December 04, 2015

The Meaning of Christmas - Solstice, Saturnalia or Santa? (EDP Weekend Dec 21 feature)

There is a live broadcast of this feature done as an entertainment here

Happy Christmas 2019  (a combined-arts card)

  The solstice

My EDP Weekend feature published 21 December 2013

The Meaning of Christmas

So the year turns, the fairy bulbs grow into the gloom and we are once again at the solstice.
Puritans have always demanded that we should ‘put back’ the Christ into Christmas. Pagans counter that ‘Christ Mass’ has much more to do with the winter solstice.
Solstice celebration was certainly there first. Stonehenge, raised at the turn of the Neolithic and Bronze Age, predates the ‘first’ Christmas (in Bethlehem) by thousands of years.
The spooky Scandinavian festival of St Lucy (Dec 21st,) at ‘the year’s deep midnight’ led by girls wearing white robes with red sashes preserves remote memories of how the frozen north celebrated the winter solstice with large bonfires to scare off evil spirits and turn back the course of the sun.
As you look out of your hostelries at the fairy lights, that Christmas cheer-in-the-dark comes from a tradition much nearer Bergen than Bethlehem.
True, the Biblical God comes to earth in a stable surrounded by animals, farm workers, angels and wise men with gifts. But nowhere in the Bible does it tell Christians to celebrate that birth on the 25th December.
In fact the first December Christmas wasn’t until 350 AD when Pope Julius I established it on Mithras’s birthday, the last day of the Roman Saturnalia, a midwinter holiday when work was suspended, the moral and social order was upended, and gifts were exchanged.
There is not a verse in the Bible about holly, ivy, mediaeval geese, Victorian turkeys, German fir trees, mulled wine, mince pies, Christmas Eve ghost stories, robins or Santa.
The word ‘Christmas’ never occurs. Like Christmas puddings, pies and trifles, it is a mediaeval invention. More Saxon ‘Mess’ (feast) than Latin ‘Missa’ (a service).
'Mince' pies are Elizabethan. Their suet, dried fruit and spices ‘minced’ into the meat were regarded as so indulgently ‘pagan’ that Oliver Cromwell passed an Act of Parliament authorising the imprisonment of anyone found guilty of eating a currant pie.
Oh no he didn’t! In 1650, he was away defeating the real killjoys – the Covenant-bashing Scots – at Dunbar, in the service of a Puritan government whose intolerance often exasperated him – ‘what keep wine out of the country lest men be drunk!’ But this is where our folk-memory that the ‘Puritans cancelled Christmas’ comes from.
Let’s talk turkey, a Tudor innovation and one of Henry VIII’s less controversial cuts. But only after Scrooge sent a big one to Bob Cratchit did the turkeys really start voting for Christmas.

Unlike most of our modern Christmas traditions, turkey isn’t German, Nordic or American in origin. Germany tucks in to roast goose and carp served with Gluwein while Icelanders feast on Gammon steak, herring and reindeer. In America, from which it was introduced to Europe by the Spanish in the sixteenth century, a turkey dinner is more associated with November Thanksgiving.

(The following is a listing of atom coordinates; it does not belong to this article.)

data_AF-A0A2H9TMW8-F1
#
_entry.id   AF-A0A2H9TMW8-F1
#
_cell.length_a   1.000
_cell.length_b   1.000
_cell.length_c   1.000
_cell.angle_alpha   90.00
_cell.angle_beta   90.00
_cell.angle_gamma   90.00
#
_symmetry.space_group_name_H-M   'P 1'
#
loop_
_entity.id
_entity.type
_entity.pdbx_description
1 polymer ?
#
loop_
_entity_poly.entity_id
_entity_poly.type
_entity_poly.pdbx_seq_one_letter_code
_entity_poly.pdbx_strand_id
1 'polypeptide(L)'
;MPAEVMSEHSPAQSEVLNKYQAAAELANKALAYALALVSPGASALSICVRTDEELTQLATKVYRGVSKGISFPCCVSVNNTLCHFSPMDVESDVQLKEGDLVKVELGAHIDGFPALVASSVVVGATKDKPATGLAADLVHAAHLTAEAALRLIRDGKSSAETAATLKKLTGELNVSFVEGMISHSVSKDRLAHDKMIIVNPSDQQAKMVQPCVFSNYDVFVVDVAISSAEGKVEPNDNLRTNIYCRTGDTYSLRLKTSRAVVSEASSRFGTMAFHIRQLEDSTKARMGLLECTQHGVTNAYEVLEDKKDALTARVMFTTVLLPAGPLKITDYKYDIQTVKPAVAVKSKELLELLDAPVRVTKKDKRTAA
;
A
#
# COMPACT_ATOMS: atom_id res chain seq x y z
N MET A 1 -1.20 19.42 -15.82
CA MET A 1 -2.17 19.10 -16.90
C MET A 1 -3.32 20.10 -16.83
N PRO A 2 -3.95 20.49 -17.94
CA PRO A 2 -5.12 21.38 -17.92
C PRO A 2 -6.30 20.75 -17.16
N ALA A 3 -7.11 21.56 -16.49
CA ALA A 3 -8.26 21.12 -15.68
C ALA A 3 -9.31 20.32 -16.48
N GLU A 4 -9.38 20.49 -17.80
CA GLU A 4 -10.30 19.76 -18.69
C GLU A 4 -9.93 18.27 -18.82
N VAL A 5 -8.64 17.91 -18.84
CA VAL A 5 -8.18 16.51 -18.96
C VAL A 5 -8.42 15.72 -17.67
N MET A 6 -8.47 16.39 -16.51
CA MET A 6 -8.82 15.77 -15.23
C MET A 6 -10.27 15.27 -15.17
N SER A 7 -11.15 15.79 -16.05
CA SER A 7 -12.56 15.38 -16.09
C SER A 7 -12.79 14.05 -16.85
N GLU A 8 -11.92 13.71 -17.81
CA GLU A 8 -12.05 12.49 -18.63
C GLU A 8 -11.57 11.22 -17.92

Some believe Goose is a more authentic choice but the old folk rhyme is against them.

At Christmas a capon, at Michaelmas a goose
And somewhat else at New Year’s tide, for feare the lease flies loose.

Geese were released into the stubble fields at Michaelmas to fatten up on the dropped grain. Poor farmers often paid their landlords in geese. So, gentlemen, your authentic Christmas dinner is capon - a castrated cock!

St Boniface cut down an oak in anger – some German pagans were worshipping it - and a fir tree (symbolising Christianity) sprang up from the roots. European tree worship survived in the Scandinavian custom of decorating the Christian house and barn with evergreens at the New Year to scare away the devil. Germans still set up a Paradise Tree in their homes on Dec 24, the feast day of Adam and Eve, hanging it with communion wafers and candles (now cookies) as the symbol of Christ.

But it was not until Prince Albert of the Victoria and Albert Museum, brought it to England in 1840 that it took over the British living room.
Oh no it wasn’t! It was Good Queen Charlotte, German wife of George III, in 1800. Not to mention the ancient British druids who used holly and mistletoe as symbols of eternal life and placed evergreen branches over doors to keep away evil spirits.
Santa wears red instead of the authentic Christmas/solstice green of Gawain and the Green Knight because of coca cola.
Oh no he doesn’t! That change to red precedes coca cola by over a decade.
The holly king fought the oak king for rulership of the year. Its fresh green leaves and bright berries signify the green of growth and fertility – also represented by mistletoe - and the red of blood, a reminder of the springtime to come. Christianity added the blood and crown of thorns of a love that dies for others.
And a spirit of generosity. Let’s raise a glass of mulled wine to the sainted fourth century Bishop of Myra, thanks to whom Christmas really does have its roots in Turkey. Sinterklass. Saint Nicholas. Santa. He believed in giving gifts to children so that they could enjoy their childhood.
An old British folk tale has it that when Jesus was on His way to Calvary, a robin picked a thorn out of his crown, and the blood which issued from the wound falling on the bird dyed its breast red. The robin was originally Thor’s bird – and no real robin ever sang in Palestine - but this legendary bird surely flies higher and sings more sweetly in these Christian versions.
The Christ was definitely an addition to the original pagan ‘Christmas’ – but what a thrill it adds.

Did Cromwell Cancel Christmas? Short Lynn News feature here
The Puritans' Christmas Party (EDP feature, 2015)

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